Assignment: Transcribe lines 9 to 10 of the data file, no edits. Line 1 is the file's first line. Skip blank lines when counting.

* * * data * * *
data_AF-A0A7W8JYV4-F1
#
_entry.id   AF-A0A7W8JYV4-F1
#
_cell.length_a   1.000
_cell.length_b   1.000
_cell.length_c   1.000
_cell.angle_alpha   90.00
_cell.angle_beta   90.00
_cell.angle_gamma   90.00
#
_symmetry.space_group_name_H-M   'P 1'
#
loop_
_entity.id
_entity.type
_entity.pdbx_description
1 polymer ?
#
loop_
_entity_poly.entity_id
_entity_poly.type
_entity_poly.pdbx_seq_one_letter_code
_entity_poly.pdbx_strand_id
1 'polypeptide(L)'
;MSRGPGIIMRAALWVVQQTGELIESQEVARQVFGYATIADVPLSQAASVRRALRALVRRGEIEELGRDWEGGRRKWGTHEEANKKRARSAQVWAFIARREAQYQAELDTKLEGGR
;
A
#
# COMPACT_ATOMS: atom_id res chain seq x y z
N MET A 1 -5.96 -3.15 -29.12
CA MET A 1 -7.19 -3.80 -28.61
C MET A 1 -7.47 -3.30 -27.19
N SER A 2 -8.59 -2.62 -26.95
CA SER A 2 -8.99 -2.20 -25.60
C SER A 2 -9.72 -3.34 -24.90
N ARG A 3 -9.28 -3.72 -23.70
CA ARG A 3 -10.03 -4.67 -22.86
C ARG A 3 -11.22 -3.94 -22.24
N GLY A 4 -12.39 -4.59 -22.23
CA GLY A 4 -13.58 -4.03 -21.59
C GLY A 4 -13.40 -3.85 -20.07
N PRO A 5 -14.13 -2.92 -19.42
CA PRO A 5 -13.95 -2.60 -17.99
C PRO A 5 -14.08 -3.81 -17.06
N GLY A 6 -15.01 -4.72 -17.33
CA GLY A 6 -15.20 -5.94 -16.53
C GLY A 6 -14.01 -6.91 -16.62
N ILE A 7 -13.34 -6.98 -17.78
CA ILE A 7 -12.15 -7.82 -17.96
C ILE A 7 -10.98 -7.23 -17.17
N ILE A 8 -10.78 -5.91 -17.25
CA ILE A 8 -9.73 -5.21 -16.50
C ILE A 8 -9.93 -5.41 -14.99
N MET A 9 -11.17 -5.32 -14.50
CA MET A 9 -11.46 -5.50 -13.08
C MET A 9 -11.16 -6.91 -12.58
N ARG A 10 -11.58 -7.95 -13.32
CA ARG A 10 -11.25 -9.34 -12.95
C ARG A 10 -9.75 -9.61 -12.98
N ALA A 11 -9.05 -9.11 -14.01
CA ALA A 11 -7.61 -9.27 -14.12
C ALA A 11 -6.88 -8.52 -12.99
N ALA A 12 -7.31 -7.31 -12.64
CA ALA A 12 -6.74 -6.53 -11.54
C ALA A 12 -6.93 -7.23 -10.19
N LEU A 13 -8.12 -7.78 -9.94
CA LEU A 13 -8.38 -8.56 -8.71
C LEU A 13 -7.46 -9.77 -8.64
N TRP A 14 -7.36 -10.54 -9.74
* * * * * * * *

_cell.angle_beta   90.00
_cell.angle_gamma   90.00